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Tuesday, December 2, 2014

Despite rumors that the Saints will replace Drew Brees, the QB is good as ever

Posted By on Tue, Dec 2, 2014 at 4:50 PM

Saints preparing for Life After Brees? Nah. - TULANE UNIVERSITY PUBLIC RELATIONS
  • TULANE UNIVERSITY PUBLIC RELATIONS
  • Saints preparing for Life After Brees? Nah.

Before Drew Brees threw five touchdowns and no interceptions to beat the Pittsburgh Steelers in Pittsburgh and, once again, seemingly reverse the 2014 New Orleans Saints' fortunes, the big news was Brees was done, over, about to be replaced. NFL.com's Ian Rapoport made the headlines: There's no real reason to lend Rapoport's report any credence. The overwhelming majority of Sunday morning quick-take sources stuff turns out to be nothing, the fringiest conversation with a reporter's player or coach acquaintance made into mainstream news, because how else would the long pregame hours be filled?

The idea the Saints will soon replace Brees is lunacy, but the idea that Brees has struggled in 2014 to a degree he's never struggled before, and that this indicates he's declining, seems to have more traction.

But that idea is stupid too.

Take a look at this terrible interception, thrown by Brees with a game still just barely within reach, resulting in a touchdown and ending any chance the Saints had.


Do you remember when this interception happened? It happened in 2011, during what was arguably the greatest season of Brees' career.

How about this one:



Drew Brees has never done something more stupid, awkward, and embarrassing on the football field than this. This interception is the most boneheadedly stupid thing he's ever done. This play is the apotheosis of bad decision-making.

It happened in 2010, four years ago, months after winning a Super Bowl and just before shattering records in 2011.

These are just two of the 19 pick-sixes Brees has thrown since 2006. In addition, Brees threw fourth quarter interceptions with the score tied in both 2007 and 2008, turning the ball over just as surely as he did when Ahmad Brooks forced him to fumble in overtime during the game against the San Francisco 49ers a few weeks ago.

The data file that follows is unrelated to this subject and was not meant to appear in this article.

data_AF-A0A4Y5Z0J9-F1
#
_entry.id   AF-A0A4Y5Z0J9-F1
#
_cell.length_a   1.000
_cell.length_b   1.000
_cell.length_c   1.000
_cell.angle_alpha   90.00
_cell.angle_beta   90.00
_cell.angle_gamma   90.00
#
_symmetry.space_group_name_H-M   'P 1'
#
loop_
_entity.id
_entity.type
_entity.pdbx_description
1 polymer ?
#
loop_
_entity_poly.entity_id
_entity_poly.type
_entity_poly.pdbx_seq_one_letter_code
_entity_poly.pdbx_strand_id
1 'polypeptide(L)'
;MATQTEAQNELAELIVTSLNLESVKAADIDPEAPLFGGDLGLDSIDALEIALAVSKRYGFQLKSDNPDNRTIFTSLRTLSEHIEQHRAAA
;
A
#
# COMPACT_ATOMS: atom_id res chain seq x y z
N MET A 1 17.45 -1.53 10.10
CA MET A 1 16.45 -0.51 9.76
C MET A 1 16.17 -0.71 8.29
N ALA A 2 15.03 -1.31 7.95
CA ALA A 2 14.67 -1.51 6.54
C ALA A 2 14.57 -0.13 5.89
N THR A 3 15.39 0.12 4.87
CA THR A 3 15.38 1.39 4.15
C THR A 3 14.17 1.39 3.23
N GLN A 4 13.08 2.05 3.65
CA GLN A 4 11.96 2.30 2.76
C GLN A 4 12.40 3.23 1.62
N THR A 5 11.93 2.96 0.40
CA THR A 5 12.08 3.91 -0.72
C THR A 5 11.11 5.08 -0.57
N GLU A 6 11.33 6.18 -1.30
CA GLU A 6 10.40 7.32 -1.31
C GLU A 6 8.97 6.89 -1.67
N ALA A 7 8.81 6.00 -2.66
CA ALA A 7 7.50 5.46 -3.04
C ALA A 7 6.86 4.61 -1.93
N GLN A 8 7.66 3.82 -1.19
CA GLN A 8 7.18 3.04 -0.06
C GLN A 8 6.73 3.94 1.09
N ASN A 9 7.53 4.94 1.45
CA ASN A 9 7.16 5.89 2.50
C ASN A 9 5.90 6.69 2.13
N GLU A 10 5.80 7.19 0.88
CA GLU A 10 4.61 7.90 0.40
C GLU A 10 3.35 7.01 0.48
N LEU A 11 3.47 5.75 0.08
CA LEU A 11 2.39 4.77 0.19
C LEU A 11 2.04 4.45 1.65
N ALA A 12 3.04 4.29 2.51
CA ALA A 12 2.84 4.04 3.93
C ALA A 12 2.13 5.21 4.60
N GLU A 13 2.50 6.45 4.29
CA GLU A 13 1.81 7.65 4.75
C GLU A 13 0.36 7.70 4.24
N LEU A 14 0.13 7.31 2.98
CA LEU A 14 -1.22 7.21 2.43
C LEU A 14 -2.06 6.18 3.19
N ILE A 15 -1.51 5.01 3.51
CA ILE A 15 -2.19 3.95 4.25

Here's a different critical situation: When trailing by three in the fourth quarter, Brees has thrown six interceptions. He did it once in 2006, and the Saints lost to Washington. He did it twice in 2008, and the Saints lost to Tampa Bay and Minnesota. He did it twice in 2010. He did it once in 2013. 

It's not new.

None of this is to say Drew Brees has not been a great quarterback. In fact, I mean quite the opposite: Not only has Drew Brees been great, he's also still great. But along with his greatness comes mistakes. Turnovers. Ill-timed giveaways. This is who Drew Brees is in 2014, and it's who Drew Brees was in 2011, in 2008, in 2006. 

Those mistakes might even be part of what makes Brees great. You don't get spectacular moments and incredible comebacks, for example, without taking huge risks. Here's Benjamin Morris of Five Thirty Eight on the strange fact that Green Bay Packers quarterback Aaron Rodgers has one of the worst records in close games, and in comeback situations, of any quarterback:

It’s when the quarterbacks’ teams are down 9 or more points in the second half that you really see the difference. Peyton Manning throws interceptions on 15.6 percent of his drives, compared to Rodgers’ 8.1 percent. And for that, Manning is punished … by winning 28.6 percent of these games. Rodgers, meanwhile, wins 0 percent. That’s right, Rodgers has zero comebacks of 9 or more points in the second half. Ever.

Judging any QB in relation to Peyton Manning is setting him up for failure. But the starkness of the difference is pretty amazing. Rodgers has zero wins in 21 games while Manning has 14 wins in 49 games, with Manning throwing interceptions nearly twice as often. If you need one stat to demonstrate the gunslinger hypothesis (i.e. that you can throw too few interceptions as well as too many), that would probably be it.
Basically, one reason Aaron Rodgers seems so efficient is how careful he is with the football. (This caution is why Rodgers takes so many more sacks than most of his peers.) But the fact Rodgers is so careful actually works against him in clutch situations. Rodgers may not ever really fail, but as a result in some situations he never succeeds, either.

Next time someone reports that Drew Brees is struggling disproportionately in 2014, or that his mistakes in 2014 are out of character, remember it's just not so. And remember that even Brees' flaws are part of what make him great.

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